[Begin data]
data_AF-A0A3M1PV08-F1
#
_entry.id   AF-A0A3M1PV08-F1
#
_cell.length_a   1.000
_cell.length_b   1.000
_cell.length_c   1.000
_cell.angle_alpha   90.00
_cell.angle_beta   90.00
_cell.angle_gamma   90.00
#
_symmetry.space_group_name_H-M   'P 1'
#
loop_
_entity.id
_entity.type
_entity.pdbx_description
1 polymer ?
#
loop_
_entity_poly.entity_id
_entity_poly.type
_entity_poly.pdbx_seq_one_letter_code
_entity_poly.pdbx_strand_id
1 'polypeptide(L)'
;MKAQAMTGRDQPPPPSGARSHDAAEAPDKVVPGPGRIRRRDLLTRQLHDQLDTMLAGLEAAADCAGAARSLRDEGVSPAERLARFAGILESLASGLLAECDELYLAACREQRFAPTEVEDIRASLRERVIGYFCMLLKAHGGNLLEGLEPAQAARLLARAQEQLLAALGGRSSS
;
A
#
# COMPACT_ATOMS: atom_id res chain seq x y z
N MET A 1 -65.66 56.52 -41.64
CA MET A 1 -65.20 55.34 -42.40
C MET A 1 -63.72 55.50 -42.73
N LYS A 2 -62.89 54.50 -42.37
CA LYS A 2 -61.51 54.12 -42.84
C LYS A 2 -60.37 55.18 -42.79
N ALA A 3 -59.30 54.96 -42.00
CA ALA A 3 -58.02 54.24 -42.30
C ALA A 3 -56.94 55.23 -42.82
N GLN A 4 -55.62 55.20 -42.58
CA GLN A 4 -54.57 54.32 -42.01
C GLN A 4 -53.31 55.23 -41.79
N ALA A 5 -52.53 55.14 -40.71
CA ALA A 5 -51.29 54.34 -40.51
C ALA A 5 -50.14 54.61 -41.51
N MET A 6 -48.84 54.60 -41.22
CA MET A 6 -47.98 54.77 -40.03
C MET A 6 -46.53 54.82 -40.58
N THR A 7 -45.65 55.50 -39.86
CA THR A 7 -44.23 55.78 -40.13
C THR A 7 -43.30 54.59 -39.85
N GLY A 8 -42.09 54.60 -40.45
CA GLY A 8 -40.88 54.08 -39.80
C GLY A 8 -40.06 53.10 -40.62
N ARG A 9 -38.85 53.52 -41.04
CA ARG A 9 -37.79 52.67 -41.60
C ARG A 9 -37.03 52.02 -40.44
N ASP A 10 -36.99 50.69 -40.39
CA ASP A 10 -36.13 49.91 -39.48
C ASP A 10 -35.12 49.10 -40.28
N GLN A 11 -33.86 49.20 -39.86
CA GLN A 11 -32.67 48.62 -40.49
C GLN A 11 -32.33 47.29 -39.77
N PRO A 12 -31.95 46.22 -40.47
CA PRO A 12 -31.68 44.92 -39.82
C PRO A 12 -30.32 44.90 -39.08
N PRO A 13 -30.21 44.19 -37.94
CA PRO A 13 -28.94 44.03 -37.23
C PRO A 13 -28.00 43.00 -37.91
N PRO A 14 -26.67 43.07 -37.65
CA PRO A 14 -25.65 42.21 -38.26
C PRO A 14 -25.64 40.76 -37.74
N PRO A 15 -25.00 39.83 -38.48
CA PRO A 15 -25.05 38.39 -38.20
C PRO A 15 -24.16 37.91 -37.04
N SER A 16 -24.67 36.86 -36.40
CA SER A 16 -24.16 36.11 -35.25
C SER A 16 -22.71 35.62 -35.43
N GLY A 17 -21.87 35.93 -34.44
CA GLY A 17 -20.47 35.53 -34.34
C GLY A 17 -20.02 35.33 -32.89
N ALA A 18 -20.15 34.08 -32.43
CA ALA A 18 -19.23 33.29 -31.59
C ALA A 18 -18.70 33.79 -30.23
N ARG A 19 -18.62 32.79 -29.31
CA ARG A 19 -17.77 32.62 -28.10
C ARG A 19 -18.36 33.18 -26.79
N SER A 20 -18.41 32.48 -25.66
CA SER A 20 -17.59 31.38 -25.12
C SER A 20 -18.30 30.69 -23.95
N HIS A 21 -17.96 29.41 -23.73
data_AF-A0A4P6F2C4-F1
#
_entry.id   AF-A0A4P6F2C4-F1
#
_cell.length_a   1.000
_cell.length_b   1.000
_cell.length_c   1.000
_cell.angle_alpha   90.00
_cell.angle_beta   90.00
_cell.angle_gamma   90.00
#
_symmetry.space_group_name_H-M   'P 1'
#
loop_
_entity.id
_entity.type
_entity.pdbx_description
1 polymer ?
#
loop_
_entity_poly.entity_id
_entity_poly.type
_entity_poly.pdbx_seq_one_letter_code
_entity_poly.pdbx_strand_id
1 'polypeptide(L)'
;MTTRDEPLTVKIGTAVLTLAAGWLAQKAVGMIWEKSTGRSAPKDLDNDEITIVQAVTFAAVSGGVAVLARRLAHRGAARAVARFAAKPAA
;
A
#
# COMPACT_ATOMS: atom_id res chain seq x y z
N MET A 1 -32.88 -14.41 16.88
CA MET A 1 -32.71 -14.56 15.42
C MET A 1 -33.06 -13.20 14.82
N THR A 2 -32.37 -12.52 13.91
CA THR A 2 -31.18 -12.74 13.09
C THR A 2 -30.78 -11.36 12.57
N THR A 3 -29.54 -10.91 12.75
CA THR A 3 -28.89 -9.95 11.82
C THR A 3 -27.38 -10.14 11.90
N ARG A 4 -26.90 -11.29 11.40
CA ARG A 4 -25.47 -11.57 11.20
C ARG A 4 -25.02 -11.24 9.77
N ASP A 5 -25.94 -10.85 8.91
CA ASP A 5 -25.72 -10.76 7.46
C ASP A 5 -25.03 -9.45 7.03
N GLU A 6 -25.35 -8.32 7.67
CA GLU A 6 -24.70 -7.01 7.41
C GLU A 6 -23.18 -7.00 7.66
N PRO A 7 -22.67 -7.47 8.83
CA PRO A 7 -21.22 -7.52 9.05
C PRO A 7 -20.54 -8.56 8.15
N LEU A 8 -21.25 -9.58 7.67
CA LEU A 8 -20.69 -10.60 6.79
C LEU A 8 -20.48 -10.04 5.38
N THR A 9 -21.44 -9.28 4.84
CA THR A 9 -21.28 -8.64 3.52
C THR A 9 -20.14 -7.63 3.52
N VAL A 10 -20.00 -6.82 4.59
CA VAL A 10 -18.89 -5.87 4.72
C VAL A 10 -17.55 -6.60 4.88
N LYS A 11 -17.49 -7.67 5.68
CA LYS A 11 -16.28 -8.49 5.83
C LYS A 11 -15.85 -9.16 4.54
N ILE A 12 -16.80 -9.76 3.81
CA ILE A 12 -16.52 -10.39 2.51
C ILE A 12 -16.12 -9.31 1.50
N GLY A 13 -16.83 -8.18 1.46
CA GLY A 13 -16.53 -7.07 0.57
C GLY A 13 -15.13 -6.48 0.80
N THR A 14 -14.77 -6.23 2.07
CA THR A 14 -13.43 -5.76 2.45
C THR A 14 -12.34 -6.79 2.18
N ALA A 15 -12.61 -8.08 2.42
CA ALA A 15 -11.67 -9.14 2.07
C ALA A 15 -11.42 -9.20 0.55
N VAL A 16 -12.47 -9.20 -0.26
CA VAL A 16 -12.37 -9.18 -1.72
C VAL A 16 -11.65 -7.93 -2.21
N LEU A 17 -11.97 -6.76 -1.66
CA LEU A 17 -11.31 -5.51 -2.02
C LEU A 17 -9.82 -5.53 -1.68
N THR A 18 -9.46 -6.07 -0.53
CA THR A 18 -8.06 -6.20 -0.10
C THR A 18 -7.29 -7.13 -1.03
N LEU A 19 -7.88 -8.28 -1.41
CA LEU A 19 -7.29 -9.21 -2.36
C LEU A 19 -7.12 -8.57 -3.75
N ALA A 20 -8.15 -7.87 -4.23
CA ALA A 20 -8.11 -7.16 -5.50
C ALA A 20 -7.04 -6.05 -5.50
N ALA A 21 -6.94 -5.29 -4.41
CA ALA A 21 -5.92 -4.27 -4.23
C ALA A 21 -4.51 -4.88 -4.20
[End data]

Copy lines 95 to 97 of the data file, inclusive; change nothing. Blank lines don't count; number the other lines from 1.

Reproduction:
#
_cell.length_a   1.000
_cell.length_b   1.000